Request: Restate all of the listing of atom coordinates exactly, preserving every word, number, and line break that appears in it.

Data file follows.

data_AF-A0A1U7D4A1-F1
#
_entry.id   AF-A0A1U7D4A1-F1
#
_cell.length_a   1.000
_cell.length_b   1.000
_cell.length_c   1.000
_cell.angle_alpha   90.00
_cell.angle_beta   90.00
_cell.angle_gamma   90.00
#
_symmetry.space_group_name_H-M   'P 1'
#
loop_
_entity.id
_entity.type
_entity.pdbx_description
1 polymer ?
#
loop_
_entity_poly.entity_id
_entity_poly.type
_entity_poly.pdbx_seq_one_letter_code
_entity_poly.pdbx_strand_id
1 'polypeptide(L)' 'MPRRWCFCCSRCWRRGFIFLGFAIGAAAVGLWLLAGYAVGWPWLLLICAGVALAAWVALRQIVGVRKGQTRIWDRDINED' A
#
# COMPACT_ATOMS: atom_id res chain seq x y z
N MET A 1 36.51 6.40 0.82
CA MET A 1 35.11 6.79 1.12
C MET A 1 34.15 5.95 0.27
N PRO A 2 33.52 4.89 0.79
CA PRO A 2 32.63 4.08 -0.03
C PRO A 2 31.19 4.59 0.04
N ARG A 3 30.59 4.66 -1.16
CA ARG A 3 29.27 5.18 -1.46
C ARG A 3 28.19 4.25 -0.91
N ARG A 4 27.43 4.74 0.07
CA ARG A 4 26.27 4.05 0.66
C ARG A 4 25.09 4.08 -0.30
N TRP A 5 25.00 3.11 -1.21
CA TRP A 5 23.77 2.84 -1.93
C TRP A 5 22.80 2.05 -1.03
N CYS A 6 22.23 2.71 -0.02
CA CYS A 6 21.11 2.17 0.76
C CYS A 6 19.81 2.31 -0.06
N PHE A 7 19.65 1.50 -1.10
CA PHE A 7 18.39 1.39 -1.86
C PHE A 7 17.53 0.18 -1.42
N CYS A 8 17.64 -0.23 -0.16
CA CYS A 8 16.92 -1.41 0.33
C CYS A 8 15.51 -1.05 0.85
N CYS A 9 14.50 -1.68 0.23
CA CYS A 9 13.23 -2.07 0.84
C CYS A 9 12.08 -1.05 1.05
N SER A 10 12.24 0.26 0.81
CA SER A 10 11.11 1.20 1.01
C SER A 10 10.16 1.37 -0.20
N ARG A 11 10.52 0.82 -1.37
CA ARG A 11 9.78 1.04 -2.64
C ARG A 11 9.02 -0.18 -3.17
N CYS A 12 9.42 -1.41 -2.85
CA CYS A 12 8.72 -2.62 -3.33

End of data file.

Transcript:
data_AF-A0A1U7D4A1-F1
#
_entry.id   AF-A0A1U7D4A1-F1
#
_cell.length_a   1.000
_cell.length_b   1.000
_cell.length_c   1.000
_cell.angle_alpha   90.00
_cell.angle_beta   90.00
_cell.angle_gamma   90.00
#
_symmetry.space_group_name_H-M   'P 1'
#
loop_
_entity.id
_entity.type
_entity.pdbx_description
1 polymer ?
#
loop_
_entity_poly.entity_id
_entity_poly.type
_entity_poly.pdbx_seq_one_letter_code
_entity_poly.pdbx_strand_id
1 'polypeptide(L)' 'MPRRWCFCCSRCWRRGFIFLGFAIGAAAVGLWLLAGYAVGWPWLLLICAGVALAAWVALRQIVGVRKGQTRIWDRDINED' A
#
# COMPACT_ATOMS: atom_id res chain seq x y z
N MET A 1 36.51 6.40 0.82
CA MET A 1 35.11 6.79 1.12
C MET A 1 34.15 5.95 0.27
N PRO A 2 33.52 4.89 0.79
CA PRO A 2 32.63 4.08 -0.03
C PRO A 2 31.19 4.59 0.04
N ARG A 3 30.59 4.66 -1.16
CA ARG A 3 29.27 5.18 -1.46
C ARG A 3 28.19 4.25 -0.91
N ARG A 4 27.43 4.74 0.07
CA ARG A 4 26.27 4.05 0.66
C ARG A 4 25.09 4.08 -0.30
N TRP A 5 25.00 3.11 -1.21
CA TRP A 5 23.77 2.84 -1.93
C TRP A 5 22.80 2.05 -1.03
N CYS A 6 22.23 2.71 -0.02
CA CYS A 6 21.11 2.17 0.76
C CYS A 6 19.81 2.31 -0.06
N PHE A 7 19.65 1.50 -1.10
CA PHE A 7 18.39 1.39 -1.86
C PHE A 7 17.53 0.18 -1.42
N CYS A 8 17.64 -0.23 -0.16
CA CYS A 8 16.92 -1.41 0.33
C CYS A 8 15.51 -1.05 0.85
N CYS A 9 14.50 -1.68 0.23
CA CYS A 9 13.23 -2.07 0.84
C CYS A 9 12.08 -1.05 1.05
N SER A 10 12.24 0.26 0.81
CA SER A 10 11.11 1.20 1.01
C SER A 10 10.16 1.37 -0.20
N ARG A 11 10.52 0.82 -1.37
CA ARG A 11 9.78 1.04 -2.64
C ARG A 11 9.02 -0.18 -3.17
N CYS A 12 9.42 -1.41 -2.85
CA CYS A 12 8.72 -2.62 -3.33